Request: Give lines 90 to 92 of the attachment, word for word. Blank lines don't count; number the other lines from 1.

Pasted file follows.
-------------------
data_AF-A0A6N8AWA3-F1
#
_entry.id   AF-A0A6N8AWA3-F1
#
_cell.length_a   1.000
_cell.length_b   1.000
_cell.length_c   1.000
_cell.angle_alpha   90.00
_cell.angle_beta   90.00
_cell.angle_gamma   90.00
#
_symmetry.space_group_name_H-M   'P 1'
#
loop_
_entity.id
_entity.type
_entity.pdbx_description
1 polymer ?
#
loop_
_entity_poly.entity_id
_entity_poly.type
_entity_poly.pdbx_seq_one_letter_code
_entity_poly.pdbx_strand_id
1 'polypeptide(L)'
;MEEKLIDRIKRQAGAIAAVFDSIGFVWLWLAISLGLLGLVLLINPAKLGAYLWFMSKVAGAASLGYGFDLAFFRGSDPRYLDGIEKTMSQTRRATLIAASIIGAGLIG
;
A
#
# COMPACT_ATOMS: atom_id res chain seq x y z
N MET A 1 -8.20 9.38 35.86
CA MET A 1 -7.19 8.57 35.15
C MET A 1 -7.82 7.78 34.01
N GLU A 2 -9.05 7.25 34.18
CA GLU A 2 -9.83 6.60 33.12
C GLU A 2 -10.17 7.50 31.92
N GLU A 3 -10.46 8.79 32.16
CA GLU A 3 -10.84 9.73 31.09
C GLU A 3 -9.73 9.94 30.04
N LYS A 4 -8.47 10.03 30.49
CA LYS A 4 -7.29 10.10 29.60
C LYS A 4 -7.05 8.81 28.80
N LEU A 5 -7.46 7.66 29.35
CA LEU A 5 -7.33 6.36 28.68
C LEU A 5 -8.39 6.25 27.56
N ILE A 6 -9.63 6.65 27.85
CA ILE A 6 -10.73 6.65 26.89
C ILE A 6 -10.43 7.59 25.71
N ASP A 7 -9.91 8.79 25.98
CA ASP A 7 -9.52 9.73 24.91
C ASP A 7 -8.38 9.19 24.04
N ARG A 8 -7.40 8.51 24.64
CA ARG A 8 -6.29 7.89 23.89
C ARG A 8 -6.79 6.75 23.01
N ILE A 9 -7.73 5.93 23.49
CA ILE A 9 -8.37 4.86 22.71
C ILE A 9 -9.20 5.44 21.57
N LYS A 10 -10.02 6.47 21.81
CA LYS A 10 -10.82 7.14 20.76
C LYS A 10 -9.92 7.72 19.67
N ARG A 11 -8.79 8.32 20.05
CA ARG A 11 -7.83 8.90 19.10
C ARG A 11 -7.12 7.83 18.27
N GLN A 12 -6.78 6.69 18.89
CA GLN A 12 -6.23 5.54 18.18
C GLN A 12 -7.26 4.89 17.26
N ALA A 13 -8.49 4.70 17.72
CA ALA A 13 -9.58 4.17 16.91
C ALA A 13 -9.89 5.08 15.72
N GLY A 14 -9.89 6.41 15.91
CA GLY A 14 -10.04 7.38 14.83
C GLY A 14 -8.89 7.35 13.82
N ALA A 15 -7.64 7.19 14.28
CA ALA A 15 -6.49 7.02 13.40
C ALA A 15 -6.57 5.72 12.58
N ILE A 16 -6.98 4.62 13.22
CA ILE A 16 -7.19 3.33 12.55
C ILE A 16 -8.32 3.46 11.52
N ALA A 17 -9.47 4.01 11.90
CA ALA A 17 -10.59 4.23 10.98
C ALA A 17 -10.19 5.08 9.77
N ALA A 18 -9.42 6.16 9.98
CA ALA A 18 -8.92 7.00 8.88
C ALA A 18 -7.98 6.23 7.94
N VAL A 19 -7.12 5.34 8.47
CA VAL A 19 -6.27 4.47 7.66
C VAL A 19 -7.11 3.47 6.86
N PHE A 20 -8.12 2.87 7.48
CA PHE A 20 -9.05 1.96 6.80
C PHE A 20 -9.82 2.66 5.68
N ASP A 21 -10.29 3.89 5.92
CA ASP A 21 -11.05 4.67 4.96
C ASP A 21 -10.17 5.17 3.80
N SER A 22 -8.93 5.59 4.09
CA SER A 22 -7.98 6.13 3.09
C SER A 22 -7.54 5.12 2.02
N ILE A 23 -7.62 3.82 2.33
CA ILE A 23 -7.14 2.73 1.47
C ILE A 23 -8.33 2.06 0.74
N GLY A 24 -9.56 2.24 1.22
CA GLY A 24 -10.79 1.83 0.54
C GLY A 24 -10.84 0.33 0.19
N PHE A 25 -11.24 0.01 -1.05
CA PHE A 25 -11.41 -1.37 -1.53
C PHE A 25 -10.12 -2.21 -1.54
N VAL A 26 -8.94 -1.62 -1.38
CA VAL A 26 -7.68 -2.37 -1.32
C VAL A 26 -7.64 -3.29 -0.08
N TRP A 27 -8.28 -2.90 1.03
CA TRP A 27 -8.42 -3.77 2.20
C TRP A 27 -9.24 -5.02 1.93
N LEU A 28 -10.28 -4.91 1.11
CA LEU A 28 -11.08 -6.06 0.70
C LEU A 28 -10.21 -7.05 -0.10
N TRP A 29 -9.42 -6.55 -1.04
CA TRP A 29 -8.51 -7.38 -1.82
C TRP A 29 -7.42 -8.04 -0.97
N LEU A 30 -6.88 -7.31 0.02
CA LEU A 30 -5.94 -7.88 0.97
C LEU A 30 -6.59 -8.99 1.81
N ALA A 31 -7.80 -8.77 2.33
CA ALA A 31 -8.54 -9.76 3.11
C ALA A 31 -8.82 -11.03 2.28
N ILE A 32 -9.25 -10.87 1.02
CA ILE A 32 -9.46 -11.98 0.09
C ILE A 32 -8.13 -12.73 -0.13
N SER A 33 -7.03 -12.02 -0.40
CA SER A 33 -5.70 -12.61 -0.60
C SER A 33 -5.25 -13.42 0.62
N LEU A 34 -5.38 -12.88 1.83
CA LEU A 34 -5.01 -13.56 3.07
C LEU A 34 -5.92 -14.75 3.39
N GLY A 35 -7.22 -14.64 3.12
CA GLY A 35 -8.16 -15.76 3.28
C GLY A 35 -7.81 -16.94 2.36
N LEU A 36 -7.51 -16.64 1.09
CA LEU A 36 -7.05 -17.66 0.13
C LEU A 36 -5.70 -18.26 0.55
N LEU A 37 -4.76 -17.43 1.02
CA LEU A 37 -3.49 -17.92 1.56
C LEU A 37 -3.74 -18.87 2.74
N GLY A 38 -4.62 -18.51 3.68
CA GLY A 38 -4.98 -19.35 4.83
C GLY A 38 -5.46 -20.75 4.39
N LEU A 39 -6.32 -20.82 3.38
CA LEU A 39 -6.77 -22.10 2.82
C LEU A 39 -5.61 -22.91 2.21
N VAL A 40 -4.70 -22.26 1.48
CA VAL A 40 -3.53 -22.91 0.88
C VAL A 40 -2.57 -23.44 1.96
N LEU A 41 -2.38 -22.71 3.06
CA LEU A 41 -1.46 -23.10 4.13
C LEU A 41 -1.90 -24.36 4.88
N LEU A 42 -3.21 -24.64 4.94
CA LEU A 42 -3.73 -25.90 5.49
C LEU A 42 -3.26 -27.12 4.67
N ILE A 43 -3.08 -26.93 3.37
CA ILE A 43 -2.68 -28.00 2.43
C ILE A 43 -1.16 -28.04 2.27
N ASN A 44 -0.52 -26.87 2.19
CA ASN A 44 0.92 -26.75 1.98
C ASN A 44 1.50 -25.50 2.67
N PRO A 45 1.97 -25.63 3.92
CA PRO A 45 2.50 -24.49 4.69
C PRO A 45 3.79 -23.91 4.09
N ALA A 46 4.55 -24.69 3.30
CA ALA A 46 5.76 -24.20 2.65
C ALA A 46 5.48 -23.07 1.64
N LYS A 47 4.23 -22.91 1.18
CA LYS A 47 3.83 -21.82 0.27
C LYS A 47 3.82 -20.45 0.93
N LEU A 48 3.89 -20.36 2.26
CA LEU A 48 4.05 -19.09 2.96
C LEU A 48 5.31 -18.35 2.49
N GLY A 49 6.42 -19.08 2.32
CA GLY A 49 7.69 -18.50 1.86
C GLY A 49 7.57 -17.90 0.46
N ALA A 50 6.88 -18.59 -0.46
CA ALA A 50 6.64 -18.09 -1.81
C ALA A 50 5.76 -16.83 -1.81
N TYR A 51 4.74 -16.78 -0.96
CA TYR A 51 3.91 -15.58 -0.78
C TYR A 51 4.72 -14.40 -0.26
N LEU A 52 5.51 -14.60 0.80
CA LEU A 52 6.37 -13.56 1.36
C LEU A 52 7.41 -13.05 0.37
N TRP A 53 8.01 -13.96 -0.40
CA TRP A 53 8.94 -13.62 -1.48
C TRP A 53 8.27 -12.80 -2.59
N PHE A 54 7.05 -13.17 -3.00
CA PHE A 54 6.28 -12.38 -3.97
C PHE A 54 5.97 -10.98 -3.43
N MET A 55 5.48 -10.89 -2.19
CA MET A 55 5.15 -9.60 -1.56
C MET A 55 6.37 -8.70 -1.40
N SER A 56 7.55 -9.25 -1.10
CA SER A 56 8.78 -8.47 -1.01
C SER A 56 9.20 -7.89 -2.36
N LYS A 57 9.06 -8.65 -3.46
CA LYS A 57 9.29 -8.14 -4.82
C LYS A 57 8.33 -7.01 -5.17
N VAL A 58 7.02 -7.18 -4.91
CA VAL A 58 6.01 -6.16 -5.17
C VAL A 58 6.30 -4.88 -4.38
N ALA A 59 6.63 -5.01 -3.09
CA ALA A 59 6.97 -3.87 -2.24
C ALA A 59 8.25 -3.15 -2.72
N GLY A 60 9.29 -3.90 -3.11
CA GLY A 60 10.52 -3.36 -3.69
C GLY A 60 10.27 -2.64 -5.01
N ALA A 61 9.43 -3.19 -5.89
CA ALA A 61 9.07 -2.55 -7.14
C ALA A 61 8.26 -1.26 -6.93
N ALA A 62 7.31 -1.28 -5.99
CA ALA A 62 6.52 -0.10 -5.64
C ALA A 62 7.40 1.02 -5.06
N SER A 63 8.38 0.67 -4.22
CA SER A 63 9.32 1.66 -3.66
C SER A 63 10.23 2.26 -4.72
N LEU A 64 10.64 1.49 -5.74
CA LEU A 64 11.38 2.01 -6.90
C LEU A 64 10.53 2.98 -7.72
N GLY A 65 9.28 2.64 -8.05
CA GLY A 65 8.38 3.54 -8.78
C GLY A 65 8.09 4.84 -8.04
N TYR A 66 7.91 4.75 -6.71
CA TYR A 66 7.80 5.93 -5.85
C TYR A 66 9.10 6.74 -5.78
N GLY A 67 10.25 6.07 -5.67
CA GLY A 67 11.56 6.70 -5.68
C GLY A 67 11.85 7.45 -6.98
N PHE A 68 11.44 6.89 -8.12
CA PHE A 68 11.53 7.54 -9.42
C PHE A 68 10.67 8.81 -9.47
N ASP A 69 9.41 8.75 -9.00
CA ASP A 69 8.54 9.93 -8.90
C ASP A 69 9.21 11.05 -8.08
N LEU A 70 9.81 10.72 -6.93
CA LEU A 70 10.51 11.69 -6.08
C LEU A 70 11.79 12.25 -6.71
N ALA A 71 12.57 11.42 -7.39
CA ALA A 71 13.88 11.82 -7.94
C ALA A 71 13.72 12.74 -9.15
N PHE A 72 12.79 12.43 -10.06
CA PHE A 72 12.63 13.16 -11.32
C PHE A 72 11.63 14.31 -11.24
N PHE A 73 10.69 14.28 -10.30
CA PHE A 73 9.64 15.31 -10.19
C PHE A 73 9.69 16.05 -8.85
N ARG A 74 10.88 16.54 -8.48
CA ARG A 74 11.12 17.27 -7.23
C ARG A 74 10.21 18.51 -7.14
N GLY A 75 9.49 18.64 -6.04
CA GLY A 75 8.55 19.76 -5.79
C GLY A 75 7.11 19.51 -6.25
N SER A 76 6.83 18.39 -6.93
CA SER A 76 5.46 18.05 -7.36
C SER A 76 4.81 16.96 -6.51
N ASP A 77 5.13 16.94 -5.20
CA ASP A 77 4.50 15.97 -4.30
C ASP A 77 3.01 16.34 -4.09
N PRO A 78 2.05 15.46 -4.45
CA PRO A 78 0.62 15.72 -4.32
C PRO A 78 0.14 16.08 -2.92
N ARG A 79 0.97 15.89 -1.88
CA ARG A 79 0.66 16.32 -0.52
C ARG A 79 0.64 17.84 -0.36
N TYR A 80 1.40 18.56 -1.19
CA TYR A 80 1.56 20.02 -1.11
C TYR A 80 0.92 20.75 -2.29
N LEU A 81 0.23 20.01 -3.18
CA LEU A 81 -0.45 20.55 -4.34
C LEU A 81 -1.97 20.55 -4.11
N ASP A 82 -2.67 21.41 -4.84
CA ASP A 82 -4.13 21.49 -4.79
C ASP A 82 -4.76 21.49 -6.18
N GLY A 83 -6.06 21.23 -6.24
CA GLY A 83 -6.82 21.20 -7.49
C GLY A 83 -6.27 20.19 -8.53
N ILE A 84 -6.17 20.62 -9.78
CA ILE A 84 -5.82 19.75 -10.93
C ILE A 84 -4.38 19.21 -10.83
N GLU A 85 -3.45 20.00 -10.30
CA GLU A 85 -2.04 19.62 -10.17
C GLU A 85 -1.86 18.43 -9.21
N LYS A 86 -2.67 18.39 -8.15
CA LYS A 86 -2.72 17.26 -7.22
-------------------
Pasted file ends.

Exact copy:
C PHE A 20 -9.82 2.66 5.68
N ASP A 21 -10.29 3.89 5.92
CA ASP A 21 -11.05 4.67 4.96